Crystal earpiece

Jsfsa banner.png

From WikiAudio

Jump to: navigation, search

A Crystal Earpiece (more properly called a piezoelectric earphone, pronounced pee-zo) is made of a material that changes its shape when connected to a source of electricity. Some crystals such as quartz and Rochelle salt are piezoelectric. Some ceramics (such as those made with barium titanate) are also piezoelectric.

Crystal earpieces are more or less always mono devices with very low sound fidelity. They typically use a crumpled conical metal film diaphragm, and have very high impedance and sensitivty. They are popular for use with crystal radios due to this ideal combination of characteristics.

In the past crystal earpieces were also used as microphones, with their high output requiring less amplification, saving on costs. Their poor sound quality makes crystal microphones an unlikely choice today.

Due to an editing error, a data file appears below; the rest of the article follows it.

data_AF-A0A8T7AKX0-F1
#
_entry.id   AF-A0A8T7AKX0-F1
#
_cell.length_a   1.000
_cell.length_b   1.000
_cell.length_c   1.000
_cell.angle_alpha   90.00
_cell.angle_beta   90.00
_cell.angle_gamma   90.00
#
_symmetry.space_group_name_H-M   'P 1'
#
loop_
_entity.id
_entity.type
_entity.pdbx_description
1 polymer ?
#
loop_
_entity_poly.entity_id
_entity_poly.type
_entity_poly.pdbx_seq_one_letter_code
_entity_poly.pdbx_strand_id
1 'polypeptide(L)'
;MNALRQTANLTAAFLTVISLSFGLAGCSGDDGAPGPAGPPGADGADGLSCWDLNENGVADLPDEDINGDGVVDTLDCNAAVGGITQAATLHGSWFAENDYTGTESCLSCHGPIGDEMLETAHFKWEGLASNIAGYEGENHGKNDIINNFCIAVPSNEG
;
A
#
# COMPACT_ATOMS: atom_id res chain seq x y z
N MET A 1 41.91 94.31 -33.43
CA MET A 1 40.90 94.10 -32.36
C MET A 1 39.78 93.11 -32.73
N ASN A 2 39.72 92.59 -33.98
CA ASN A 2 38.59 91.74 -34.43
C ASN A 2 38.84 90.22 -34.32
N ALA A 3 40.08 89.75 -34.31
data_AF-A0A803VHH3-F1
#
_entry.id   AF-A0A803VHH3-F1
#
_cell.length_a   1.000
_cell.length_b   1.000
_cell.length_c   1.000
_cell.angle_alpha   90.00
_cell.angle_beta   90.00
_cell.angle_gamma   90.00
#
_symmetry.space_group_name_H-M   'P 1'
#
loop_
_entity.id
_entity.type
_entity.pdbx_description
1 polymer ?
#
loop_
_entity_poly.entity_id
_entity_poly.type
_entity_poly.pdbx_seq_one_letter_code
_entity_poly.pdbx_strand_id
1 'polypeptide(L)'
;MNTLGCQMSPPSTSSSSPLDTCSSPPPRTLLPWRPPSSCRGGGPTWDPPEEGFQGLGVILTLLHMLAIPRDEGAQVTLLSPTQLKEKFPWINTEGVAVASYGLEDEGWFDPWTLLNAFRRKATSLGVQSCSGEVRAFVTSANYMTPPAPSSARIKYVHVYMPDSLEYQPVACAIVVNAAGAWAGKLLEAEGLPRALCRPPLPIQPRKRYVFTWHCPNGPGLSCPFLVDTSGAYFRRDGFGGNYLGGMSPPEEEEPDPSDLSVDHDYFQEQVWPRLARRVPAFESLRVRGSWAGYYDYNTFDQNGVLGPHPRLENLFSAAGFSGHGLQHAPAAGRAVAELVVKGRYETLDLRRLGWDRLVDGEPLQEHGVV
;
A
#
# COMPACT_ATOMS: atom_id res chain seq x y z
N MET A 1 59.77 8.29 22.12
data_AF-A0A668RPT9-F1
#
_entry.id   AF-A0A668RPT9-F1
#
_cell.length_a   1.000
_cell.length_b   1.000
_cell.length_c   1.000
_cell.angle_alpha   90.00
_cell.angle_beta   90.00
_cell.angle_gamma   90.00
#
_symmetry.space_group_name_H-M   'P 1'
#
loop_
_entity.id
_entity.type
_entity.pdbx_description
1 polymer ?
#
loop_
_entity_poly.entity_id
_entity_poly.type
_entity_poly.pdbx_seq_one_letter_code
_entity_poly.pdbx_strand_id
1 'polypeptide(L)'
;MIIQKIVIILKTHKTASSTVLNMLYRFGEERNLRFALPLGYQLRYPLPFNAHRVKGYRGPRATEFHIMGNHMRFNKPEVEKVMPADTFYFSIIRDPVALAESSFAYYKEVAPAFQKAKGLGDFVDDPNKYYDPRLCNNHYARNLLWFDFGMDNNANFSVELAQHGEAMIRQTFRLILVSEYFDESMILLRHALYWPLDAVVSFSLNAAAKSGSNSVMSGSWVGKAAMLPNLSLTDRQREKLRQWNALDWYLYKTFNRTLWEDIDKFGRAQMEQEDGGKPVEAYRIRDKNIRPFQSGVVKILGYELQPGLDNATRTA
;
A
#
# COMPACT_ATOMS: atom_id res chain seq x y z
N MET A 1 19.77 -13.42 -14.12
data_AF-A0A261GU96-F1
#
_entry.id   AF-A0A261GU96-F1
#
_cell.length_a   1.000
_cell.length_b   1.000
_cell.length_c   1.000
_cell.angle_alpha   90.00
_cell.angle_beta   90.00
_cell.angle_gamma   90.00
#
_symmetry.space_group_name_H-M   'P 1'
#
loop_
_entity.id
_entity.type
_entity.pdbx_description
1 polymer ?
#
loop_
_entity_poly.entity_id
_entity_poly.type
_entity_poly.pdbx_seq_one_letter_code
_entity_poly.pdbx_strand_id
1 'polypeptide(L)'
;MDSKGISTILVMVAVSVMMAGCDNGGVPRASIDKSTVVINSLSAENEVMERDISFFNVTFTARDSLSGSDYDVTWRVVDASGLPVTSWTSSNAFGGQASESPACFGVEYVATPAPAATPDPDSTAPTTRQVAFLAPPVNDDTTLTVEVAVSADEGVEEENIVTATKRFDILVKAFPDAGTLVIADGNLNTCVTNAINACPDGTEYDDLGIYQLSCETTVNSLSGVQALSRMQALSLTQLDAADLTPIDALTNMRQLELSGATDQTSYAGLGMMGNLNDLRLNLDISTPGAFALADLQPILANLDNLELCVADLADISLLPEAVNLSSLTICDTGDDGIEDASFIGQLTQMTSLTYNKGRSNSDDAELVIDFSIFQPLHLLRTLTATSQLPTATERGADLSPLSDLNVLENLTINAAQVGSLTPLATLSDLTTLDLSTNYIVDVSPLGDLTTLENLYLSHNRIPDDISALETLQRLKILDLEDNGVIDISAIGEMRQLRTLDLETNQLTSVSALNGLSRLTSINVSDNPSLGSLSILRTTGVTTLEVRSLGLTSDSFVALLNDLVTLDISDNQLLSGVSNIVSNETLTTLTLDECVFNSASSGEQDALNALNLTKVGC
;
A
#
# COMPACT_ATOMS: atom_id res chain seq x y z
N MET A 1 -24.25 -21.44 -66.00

There is also another common design of piezoelectric transducer. This is made of a disk of brass that is coated with barium titanate ceramic. When electricity is connected to it, the ceramic bends the brass disk, and we can hear the vibrations this causes in the air. These provide much greater sound output than crystal earpieces, but have insufficient bandwidth for earpiece use. They are usually used as resonant bleepers.





This page is a stub. You can help out by editing the page with more content.

  • Place {{Stub}} on pages that need work.


This article uses material from http://en.wikipedia.org/wiki/Crystal_earpiece.